If you’ve ever read my blog before, you know that I strongly encourage self-sufficiency skills in children. It boosts their confidence when they learn to do things for themselves, and (let’s be honest) it makes your job as a parent much easier.
We have a problem in America called stressed out parenting. And the idea exists that if you worry about and foresee every possible situation your child could be in, you can save them. But of course it never works out that way, and you are well aware of that.
Instead of trying to do everything for them, choose to equip your children with the necessary life skills so that they can get THEMSELVES through those difficult moments.
Here are a set of five things you can stop doing for your preschooler. A couple of these are going to take a little time to teach them. And they may not like the transition. But at the end of the day, they are going to be better off for having new skills in their pocket, and you are going to rest easy knowing that’s five less things you have to take care of every day.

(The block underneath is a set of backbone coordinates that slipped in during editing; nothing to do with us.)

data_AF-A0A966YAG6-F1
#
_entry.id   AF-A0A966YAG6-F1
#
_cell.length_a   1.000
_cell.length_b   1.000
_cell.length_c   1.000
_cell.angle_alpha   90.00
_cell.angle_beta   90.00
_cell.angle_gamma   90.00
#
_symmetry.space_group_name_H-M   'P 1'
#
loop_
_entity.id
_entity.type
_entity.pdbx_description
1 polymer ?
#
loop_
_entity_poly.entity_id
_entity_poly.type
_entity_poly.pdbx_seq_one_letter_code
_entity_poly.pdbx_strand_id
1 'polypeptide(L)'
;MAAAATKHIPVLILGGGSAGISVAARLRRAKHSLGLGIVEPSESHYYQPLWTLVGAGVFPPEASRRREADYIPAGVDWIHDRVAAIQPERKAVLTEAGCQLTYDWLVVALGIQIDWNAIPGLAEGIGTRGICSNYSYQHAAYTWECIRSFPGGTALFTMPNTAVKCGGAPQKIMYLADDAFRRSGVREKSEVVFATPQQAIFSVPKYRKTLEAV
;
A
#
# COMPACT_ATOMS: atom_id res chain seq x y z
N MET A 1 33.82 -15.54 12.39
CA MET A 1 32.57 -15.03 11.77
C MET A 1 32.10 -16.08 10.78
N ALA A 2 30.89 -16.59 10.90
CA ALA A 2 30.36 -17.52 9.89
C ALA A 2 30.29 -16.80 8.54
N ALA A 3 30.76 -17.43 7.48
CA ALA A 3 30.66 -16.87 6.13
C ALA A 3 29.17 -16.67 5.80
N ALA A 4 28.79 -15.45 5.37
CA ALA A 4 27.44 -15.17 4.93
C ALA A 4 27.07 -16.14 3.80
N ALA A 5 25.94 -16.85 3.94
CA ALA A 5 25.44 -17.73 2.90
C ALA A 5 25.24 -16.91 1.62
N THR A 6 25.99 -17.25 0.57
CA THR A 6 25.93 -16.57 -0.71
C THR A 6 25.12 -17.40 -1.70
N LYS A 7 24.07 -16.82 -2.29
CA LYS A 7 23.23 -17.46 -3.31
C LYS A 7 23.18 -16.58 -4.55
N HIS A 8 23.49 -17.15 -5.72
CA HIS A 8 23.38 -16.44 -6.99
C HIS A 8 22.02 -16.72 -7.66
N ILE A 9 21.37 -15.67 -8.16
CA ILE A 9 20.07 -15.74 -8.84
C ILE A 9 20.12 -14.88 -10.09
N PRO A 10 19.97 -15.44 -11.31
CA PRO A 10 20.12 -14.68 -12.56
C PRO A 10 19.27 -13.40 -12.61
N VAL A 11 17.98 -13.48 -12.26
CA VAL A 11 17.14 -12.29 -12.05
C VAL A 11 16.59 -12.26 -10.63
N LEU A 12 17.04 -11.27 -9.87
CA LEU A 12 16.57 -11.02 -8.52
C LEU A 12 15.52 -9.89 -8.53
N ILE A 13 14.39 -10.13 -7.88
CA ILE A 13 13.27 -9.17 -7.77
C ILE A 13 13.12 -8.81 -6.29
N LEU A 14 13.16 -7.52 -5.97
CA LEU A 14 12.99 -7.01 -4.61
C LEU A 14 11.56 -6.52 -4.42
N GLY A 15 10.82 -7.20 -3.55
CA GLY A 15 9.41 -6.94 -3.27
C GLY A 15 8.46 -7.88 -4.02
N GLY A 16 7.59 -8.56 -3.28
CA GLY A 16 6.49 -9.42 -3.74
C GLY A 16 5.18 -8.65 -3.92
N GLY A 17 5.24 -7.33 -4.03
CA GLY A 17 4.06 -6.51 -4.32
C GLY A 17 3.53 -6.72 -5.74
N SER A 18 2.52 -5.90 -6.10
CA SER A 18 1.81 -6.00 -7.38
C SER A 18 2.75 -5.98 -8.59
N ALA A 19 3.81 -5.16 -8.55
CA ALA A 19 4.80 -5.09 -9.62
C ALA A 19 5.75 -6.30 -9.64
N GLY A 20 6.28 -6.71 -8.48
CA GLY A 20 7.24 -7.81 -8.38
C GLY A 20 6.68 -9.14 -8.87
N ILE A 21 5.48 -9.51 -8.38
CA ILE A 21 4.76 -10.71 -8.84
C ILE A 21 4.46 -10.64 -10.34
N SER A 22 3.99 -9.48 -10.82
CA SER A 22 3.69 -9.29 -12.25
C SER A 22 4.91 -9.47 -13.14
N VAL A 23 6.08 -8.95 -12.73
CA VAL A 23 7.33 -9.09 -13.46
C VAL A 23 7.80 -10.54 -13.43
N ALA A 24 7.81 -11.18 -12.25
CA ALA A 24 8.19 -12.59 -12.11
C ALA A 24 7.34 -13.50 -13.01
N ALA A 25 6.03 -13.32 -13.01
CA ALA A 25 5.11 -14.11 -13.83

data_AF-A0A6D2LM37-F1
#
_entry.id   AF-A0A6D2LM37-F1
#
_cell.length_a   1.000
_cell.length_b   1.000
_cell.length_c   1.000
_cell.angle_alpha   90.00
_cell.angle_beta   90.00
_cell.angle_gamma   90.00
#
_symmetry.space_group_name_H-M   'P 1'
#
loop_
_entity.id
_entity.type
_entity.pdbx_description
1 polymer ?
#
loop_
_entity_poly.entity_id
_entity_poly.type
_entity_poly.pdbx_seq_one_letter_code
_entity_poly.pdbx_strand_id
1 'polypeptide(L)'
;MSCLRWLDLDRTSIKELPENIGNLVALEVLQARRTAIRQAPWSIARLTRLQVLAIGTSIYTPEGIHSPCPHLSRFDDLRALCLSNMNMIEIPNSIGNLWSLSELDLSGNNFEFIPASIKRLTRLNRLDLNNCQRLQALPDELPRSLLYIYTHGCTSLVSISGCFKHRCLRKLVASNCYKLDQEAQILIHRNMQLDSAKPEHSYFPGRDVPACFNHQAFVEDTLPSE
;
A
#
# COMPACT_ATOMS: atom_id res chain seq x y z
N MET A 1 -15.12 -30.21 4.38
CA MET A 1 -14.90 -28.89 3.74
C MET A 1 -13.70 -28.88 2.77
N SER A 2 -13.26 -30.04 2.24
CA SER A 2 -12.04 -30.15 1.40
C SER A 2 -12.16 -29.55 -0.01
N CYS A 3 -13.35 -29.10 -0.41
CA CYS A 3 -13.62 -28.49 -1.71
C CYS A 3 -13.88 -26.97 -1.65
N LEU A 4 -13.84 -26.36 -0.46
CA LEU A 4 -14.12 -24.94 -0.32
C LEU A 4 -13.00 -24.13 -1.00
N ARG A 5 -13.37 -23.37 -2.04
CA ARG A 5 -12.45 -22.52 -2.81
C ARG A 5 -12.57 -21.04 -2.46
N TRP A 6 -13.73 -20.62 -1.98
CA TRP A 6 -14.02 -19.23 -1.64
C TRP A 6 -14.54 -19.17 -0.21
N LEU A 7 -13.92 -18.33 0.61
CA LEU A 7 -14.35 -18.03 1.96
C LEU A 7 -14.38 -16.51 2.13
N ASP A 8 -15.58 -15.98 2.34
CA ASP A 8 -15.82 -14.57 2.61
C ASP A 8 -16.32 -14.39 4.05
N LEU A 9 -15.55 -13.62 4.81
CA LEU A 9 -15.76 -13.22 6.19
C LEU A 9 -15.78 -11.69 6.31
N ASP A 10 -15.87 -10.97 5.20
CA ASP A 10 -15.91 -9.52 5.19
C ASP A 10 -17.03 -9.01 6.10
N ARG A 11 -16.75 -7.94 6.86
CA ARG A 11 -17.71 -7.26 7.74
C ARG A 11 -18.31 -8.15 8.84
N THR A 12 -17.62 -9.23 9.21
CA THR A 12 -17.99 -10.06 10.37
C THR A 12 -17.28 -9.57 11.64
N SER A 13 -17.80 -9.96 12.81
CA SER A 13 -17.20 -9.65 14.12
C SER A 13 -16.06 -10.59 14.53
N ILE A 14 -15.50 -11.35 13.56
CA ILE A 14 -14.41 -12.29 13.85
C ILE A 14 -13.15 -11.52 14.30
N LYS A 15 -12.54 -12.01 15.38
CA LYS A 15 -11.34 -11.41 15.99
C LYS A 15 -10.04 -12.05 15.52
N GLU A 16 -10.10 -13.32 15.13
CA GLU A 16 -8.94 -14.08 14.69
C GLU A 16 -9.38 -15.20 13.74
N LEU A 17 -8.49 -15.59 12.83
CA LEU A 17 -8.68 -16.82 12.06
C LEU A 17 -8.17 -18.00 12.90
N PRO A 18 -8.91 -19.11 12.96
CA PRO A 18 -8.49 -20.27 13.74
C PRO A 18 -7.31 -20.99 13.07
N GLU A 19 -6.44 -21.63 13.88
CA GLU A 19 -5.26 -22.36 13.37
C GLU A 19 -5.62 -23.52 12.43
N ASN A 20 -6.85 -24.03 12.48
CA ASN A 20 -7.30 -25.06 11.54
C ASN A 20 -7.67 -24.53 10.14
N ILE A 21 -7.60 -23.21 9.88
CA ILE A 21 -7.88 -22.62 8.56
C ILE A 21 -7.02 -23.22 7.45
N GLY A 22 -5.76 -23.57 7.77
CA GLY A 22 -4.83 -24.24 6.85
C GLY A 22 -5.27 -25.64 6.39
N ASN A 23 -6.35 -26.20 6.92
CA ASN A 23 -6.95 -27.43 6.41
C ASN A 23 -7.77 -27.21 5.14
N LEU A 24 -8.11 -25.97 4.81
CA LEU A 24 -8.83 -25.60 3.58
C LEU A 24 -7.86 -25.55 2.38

Tying their shoes
Let’s start basic. Every kid has to learn eventually, and tell me you don’t get tired of retying those shoes every ten minutes at the playground. Even double knots seem to magically work their way out of an active kids shoes.
Sure, you can get away with wearing velcro when they’re young, but why not go ahead and teach them how to tie a proper shoe? That way, when they start kindergarten or first grade, they can easily take care of their own shoe malfunctions instead of having to find a teacher.
There are lots of internet instructionals out there if you aren’t sure how to start.